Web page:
Accordingly, we hold that an employee need not be "removed" from employment to be entitled to the 104 weeks compensation set forth in N.C.G.S. § 97-61.5. Defendants' assignments of error on this issue are overruled.
Defendants next argue that if N.C.G.S. § 97-60 and §§ 97-61.1 through -61.7 do apply to the parties in this case where they contend "plaintiff was not engaged or about to engage in an employment that exposed him to the hazards of asbestosis and was not otherwise forcibly removed from his occupation as a result of the asbestosis diagnosis, then the application of" those provisions violates defendants' right to equal protection of the law as guaranteed by the Constitutions of the United States and the state of North Carolina. Defendants contend that there are many other occupational diseases as serious as asbestosis and silicosis and by providing for an automatic 104 weeks of compensation for employees who suffer from asbestosis or silicosis but not so providing for employees with other occupational diseases makes these provisions "grossly under-inclusive."
Defendants' argument is, in essence, that the under-inclusive nature of the asbestosis statutes somehow "places a disproportionate and unconstitutional burden on Defendants." In response, plaintiff contends that defendants have no standing to raise this issue.
We note that a similar constitutional challenge was made by the defendant-employer in Jones v. Weyerhaeuser Co., ___ N.C.App. ___, 539 S.E.2d 380 (2000), where the defendant argued that N.C.G.S. § 97-61.5 denied its company equal protection because the statute treats employers with employees who are exposed to asbestos and silica differently than employers with employees who are not exposed to asbestos and silica. However, the defendant in Jones argued it sustained some monetary injury by application of N.C.G.S. § 97-61.5. Id., at ___, 539 S.E.2d at 382. ("[B]ecause [defendant's] business exposed its workers to asbestos, defendant is `burdened with additional liability for workers compensation benefits, with which similarly situated employers' (whose businesses did not expose their workers to asbestos or silica) are not so burdened."). Conversely, neither defendant in the case before us alleges any disparate economic impact resulting from application of the asbestosis statutes. Thus, while in Jones the defendant's argument was "at best tenuous," id., defendants' argument in this case is untenable. Nonetheless, we upheld the constitutionality of N.C.G.S. § 97-61.5 in Jones and we rely upon the language set forth therein to now overrule defendants' constitutional challenge to N.C.G.S. §§ 97-60 and -61.1 through -61.7. This assignment of error is overruled.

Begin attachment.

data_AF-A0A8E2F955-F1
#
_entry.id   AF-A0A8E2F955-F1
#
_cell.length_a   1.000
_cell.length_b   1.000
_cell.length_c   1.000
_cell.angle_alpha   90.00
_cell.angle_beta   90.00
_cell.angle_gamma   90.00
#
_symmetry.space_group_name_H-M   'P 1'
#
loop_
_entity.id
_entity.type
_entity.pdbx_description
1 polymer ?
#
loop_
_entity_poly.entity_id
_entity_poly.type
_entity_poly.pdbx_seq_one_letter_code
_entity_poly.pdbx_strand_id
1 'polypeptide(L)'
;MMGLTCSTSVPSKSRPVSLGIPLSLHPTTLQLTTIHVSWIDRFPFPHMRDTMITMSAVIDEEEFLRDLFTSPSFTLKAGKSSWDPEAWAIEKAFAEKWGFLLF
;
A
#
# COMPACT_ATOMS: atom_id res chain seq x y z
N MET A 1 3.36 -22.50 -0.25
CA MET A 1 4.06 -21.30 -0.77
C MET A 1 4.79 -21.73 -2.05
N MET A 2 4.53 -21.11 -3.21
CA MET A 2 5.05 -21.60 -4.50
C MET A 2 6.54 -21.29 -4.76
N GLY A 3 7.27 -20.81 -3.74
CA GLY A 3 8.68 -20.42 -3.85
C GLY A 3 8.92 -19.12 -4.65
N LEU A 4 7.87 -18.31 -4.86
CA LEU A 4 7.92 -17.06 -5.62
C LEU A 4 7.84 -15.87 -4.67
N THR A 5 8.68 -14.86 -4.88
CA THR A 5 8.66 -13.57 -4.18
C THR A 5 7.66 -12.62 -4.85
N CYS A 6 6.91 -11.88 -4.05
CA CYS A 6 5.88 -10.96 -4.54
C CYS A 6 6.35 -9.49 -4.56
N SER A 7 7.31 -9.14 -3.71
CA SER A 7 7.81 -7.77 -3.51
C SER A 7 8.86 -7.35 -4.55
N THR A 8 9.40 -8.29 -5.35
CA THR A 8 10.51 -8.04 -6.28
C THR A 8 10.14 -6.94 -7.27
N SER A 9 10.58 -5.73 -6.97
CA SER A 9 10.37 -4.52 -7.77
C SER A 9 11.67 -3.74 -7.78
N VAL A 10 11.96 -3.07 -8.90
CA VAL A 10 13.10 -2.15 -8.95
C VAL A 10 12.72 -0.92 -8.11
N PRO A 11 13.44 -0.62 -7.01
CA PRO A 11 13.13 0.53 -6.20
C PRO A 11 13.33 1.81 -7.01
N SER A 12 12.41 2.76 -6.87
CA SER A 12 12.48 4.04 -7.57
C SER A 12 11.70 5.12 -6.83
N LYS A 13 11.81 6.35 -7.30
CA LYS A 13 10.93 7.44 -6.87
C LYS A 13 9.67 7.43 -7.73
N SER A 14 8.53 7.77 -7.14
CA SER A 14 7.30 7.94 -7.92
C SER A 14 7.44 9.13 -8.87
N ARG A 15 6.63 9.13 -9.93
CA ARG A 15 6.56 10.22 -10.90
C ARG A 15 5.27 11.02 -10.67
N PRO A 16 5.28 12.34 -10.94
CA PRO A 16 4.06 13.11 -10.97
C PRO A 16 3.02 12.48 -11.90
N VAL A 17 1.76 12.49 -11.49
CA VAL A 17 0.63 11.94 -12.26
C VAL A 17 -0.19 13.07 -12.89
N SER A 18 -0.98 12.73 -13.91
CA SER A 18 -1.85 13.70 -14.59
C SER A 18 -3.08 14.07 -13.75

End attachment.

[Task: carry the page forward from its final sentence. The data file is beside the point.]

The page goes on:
Finally, defendants contend the Commission erred in calculating plaintiff's "average weekly wage" in awarding compensation. As to plaintiff's average weekly wage, the Commission found:
Based upon this finding and citing N.C.G.S. §§ 97-57 and 97-61.5, the Commission concluded:
Defendants contend plaintiff's compensation rate should have been calculated based upon the year of his "last injurious exposure," citing N.C.Gen.Stat. § 97-54 (1991), which defines "disablement." However, compensation under N.C.G.S. §§ 97-61.1
(Emphasis added.) "Average weekly wage" is defined as:
N.C.Gen.Stat. § 97-2(5) (Cum.Supp.1998). There is no requirement of actual disablement in the asbestosis statutes, and defendants' contention must fail. Nonetheless, we find the Commission's findings deficient on the issue of plaintiff's average weekly wage.